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Scoring a Love Affair With Nina Simone

Nina Simone’s voice was notable for its range of expression: It could be jubilant, reverent, haunting, despairing, angry, fierce, scathing, gentle, sensual, bawdy and even more. She punctuated and teased it out with masterful piano arrangements, but the riches were always in that voice. Whether singing standards associated with Frank Sinatra and Ella Fitzgerald or the signature tunes of George Harrison, Leonard Cohen and Bob Dylan, Simone made each indelibly her own. With the controversial biopic Nina, starring Zoe Saldana, potentially forthcoming this year, what better time to get reacquainted with the real deal? A longed-for career as a classical pianist eluded Simone; instead she plumbed gospel, Broadway, jazz, soul, pop, folk and rock. Her subjects ranged from racism, crime, sin, death and the blues to black pride, feminism, freedom, redemption and love. On this last topic she was a virtuoso, passionately narrating love’s beginnings, ups and downs, and endings. She left dozens of examples, and narrowing those down for this playlist meant rejecting many worthy contenders, including “I Got It Bad, and That Ain’t Good,” “Since I Fell for You,” “To Love Somebody,” “The Other Woman,” “Since My Love Is Gone,” “The End of the Line,” “Forget,” “You Don’t Know What Love Is,” “My Man Is Gone Now,” “Spring Is Here” and “For a While.” Every fan has special favorites, but here are some of mine—all involving the many forms of our central human concern, as expressed by the inimitable Nina Simone. Declarations Simone delivered messages of love in a variety of styles. Her poignant rendition of the Gershwins’ “I Loves You, Porgy” is a masterpiece of emotion and understatement, while a plaintive howl conveys love’s “awful ache” in her cover of Billie Holiday’s “Tell Me More and More and Then Some.” In the rollicking recording of “Love Me or Leave Me” on her 1966 album Let It All Out, Simone romps through an exuberant piano interlude, an ode to her favorite composer, Johann Sebastian Bach. Longing In these three songs made for dancing close and slow, Simone gives a suggestive twist to mundane household tasks (“I want a little steam on my clothes”), and she campaigns for romancing in the dark and in the light: “In the Dark,” “I Want a Little Sugar in My Bowl,” “Turn Me On.” Lust The eight-minute song “Jelly Roll” is about as smooth and swinging as they come, and there’s no mistaking Simone’s meaning. She’s not singing about pastries when she exults, “I could go for a ride on your sweet jelly roll, but I wouldn’t give nothing for my juicy, juicy soul.” Runners-up: “Chauffeur,” “Do I Move You?” Bed of Roses Simone admitted to having a tumultuous personal life, and songs about relationships going well are relatively few in her catalog. Her hit “My Baby Just Cares for Me” is given a bizarre (creepy, even) treatment in Aardman Animation’s 1987 music video. Hear also: “Seems I’m Never Tired Lovin’ You,” “You Better Know It.” On the Rocks “Be My Husband” is the bleakest of marriage proposals, made to a man who treats the singer “so doggone mean.” Discussing relationships in an interview, Simone stated that she would not do housework, yet here she sings, “If you want me to, I’ll cook and sew”—a clear sign this entreaty is made under duress. Also try: “Don’t Let Me Be Misunderstood,” “I Put a Spell on You.” Cheating Simone’s “Plain Gold Ring” and “Don’t Explain” are stripped-down and grief stricken, while “Do Nothin’ Till You Hear From Me” is brassy and sassy. The End “Do What You Gotta Do” and “Ne Me Quitte Pas” are both beautiful, but let’s close with Simone’s wrenching cover of “I Get Along Without You Very Well (Except Sometimes).” Be sure to stick around for her phrasing on the final lines: “I get along without you very well, ’course I do, ’cept perhaps in spring. But then I should never ever think of spring, for that would surely break my heart in two.” Photo courtesy of STEVE WOOD/Rex USA/Everett CONNECTS_Nina-Simone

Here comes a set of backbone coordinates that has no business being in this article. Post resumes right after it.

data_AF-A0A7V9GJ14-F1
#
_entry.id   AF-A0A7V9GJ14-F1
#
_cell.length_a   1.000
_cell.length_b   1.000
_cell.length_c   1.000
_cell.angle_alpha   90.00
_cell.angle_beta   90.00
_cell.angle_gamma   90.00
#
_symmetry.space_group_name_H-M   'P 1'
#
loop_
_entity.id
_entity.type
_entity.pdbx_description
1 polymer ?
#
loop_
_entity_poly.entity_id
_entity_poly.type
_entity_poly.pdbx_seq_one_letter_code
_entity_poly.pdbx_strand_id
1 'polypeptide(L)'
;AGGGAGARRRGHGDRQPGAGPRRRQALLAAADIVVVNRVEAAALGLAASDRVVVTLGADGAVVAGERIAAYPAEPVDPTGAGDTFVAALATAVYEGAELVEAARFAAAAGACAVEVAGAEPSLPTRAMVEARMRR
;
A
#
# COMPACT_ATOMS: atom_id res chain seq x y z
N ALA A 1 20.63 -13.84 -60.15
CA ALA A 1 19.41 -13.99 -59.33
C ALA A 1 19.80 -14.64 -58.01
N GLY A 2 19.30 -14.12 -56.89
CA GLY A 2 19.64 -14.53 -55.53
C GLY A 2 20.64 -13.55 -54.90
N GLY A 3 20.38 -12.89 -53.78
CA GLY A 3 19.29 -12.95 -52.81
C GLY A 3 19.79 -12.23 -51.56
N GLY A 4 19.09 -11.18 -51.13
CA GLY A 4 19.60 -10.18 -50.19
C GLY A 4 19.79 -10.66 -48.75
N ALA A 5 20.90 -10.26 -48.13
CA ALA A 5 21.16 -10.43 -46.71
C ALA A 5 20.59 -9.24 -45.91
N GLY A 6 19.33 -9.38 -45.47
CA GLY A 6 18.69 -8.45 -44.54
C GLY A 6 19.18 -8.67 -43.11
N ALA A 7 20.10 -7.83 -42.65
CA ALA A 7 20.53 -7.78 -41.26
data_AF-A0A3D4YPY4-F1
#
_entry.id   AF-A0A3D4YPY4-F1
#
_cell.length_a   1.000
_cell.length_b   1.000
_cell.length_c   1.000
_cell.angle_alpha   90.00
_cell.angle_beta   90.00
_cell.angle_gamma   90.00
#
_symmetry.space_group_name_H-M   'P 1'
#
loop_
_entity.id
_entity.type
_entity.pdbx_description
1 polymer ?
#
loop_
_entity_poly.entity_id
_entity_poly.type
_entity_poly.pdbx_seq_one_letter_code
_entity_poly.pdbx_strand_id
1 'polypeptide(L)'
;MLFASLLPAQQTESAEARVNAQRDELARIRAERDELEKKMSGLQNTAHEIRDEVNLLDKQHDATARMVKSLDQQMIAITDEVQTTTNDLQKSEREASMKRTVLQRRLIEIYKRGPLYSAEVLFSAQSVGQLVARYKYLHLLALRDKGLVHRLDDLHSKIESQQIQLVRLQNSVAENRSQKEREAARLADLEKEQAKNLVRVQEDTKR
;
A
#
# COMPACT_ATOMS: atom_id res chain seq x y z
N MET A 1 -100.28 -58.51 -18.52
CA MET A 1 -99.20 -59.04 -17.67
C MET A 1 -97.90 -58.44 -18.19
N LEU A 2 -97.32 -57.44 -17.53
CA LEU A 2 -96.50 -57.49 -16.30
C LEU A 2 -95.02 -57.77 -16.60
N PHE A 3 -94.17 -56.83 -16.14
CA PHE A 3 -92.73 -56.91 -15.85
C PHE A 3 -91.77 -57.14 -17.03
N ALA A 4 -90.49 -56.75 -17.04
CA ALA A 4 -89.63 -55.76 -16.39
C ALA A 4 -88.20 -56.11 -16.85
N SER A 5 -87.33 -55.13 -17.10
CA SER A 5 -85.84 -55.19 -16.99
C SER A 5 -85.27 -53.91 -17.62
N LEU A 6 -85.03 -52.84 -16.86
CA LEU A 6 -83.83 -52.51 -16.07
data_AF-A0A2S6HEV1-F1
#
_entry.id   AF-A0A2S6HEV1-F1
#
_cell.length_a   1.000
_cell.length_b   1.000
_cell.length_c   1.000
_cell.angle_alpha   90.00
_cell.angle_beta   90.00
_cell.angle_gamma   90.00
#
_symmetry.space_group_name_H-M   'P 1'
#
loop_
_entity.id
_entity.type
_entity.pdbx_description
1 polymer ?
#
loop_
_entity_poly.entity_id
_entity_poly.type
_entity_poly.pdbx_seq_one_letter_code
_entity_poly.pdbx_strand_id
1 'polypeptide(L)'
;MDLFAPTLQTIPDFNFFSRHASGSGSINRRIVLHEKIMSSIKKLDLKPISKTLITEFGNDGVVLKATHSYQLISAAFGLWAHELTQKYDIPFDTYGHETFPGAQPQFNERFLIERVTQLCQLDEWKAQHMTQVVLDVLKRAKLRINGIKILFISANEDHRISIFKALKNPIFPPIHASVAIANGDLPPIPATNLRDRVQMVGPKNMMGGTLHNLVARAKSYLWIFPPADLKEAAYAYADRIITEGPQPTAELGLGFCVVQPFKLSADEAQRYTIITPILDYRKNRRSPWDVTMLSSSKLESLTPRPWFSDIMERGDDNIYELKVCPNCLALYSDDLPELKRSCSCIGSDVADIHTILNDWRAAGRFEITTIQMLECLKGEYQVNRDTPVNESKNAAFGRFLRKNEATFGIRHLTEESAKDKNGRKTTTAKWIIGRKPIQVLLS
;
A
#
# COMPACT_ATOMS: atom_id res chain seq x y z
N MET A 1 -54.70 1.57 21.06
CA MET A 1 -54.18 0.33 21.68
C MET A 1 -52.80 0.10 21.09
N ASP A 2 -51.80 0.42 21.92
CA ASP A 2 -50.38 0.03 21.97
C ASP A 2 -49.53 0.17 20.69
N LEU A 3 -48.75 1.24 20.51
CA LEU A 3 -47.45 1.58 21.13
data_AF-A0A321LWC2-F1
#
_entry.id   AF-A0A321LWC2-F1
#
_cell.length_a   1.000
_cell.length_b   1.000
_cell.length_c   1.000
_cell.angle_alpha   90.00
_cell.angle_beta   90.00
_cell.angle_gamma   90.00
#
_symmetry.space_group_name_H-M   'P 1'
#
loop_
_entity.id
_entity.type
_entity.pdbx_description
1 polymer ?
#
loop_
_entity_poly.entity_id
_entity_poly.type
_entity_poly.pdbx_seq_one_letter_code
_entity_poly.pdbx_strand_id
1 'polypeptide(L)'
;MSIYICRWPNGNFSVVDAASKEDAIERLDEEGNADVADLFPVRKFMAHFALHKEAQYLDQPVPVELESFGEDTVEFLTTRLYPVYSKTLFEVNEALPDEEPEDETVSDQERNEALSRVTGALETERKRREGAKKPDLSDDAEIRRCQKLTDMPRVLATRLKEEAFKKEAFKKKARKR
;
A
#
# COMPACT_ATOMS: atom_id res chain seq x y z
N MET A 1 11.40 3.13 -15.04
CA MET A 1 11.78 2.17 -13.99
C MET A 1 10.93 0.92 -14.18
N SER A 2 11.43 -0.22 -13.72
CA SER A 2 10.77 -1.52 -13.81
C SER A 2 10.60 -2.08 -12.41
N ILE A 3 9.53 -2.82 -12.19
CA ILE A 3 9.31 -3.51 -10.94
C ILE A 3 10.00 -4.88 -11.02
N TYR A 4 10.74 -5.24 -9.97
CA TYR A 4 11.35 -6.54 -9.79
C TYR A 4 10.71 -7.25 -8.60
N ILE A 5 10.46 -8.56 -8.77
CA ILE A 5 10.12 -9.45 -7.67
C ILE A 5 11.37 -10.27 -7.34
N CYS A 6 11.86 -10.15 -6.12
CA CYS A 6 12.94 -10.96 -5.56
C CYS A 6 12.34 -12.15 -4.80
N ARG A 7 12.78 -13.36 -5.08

by Amy K. Hughes

Aug 19, 2014

The Dark Life of Madeline’s Daddy